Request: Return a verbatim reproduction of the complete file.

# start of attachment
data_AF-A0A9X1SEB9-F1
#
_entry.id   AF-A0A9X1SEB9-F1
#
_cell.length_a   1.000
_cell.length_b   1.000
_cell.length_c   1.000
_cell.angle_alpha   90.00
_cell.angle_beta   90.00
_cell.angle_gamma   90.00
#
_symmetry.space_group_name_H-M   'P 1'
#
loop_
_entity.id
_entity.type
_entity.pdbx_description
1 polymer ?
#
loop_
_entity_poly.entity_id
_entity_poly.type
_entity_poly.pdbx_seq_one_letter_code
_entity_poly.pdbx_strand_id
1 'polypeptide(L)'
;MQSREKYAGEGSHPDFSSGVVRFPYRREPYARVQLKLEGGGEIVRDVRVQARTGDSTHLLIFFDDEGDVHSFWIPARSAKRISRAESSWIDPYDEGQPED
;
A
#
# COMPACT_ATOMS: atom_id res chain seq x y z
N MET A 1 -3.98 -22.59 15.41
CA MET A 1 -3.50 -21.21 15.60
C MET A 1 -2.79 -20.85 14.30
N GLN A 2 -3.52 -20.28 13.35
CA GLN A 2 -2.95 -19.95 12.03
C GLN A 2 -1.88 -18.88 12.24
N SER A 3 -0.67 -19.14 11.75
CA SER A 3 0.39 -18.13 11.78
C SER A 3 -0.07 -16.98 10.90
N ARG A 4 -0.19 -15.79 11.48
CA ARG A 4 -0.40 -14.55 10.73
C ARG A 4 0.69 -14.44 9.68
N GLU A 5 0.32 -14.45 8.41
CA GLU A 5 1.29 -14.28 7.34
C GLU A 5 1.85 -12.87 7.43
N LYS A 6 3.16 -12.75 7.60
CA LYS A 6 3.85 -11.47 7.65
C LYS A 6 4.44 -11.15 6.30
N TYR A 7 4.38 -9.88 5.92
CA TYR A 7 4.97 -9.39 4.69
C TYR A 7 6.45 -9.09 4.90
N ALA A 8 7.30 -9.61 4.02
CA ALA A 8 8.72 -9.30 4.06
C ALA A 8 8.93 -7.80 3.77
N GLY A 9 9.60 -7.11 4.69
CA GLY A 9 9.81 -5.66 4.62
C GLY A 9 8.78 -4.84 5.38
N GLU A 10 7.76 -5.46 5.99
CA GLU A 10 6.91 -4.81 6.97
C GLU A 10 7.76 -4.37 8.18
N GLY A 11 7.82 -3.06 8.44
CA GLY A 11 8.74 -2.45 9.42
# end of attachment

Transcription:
data_AF-A0A9X1SEB9-F1
#
_entry.id   AF-A0A9X1SEB9-F1
#
_cell.length_a   1.000
_cell.length_b   1.000
_cell.length_c   1.000
_cell.angle_alpha   90.00
_cell.angle_beta   90.00
_cell.angle_gamma   90.00
#
_symmetry.space_group_name_H-M   'P 1'
#
loop_
_entity.id
_entity.type
_entity.pdbx_description
1 polymer ?
#
loop_
_entity_poly.entity_id
_entity_poly.type
_entity_poly.pdbx_seq_one_letter_code
_entity_poly.pdbx_strand_id
1 'polypeptide(L)'
;MQSREKYAGEGSHPDFSSGVVRFPYRREPYARVQLKLEGGGEIVRDVRVQARTGDSTHLLIFFDDEGDVHSFWIPARSAKRISRAESSWIDPYDEGQPED
;
A
#
# COMPACT_ATOMS: atom_id res chain seq x y z
N MET A 1 -3.98 -22.59 15.41
CA MET A 1 -3.50 -21.21 15.60
C MET A 1 -2.79 -20.85 14.30
N GLN A 2 -3.52 -20.28 13.35
CA GLN A 2 -2.95 -19.95 12.03
C GLN A 2 -1.88 -18.88 12.24
N SER A 3 -0.67 -19.14 11.75
CA SER A 3 0.39 -18.13 11.78
C SER A 3 -0.07 -16.98 10.90
N ARG A 4 -0.19 -15.79 11.48
CA ARG A 4 -0.40 -14.55 10.73
C ARG A 4 0.69 -14.44 9.68
N GLU A 5 0.32 -14.45 8.41
CA GLU A 5 1.29 -14.28 7.34
C GLU A 5 1.85 -12.87 7.43
N LYS A 6 3.16 -12.75 7.60
CA LYS A 6 3.85 -11.47 7.65
C LYS A 6 4.44 -11.15 6.30
N TYR A 7 4.38 -9.88 5.92
CA TYR A 7 4.97 -9.39 4.69
C TYR A 7 6.45 -9.09 4.90
N ALA A 8 7.30 -9.61 4.02
CA ALA A 8 8.72 -9.30 4.06
C ALA A 8 8.93 -7.80 3.77
N GLY A 9 9.60 -7.11 4.69
CA GLY A 9 9.81 -5.66 4.62
C GLY A 9 8.78 -4.84 5.38
N GLU A 10 7.76 -5.46 5.99
CA GLU A 10 6.91 -4.81 6.97
C GLU A 10 7.76 -4.37 8.18
N GLY A 11 7.82 -3.06 8.44
CA GLY A 11 8.74 -2.45 9.42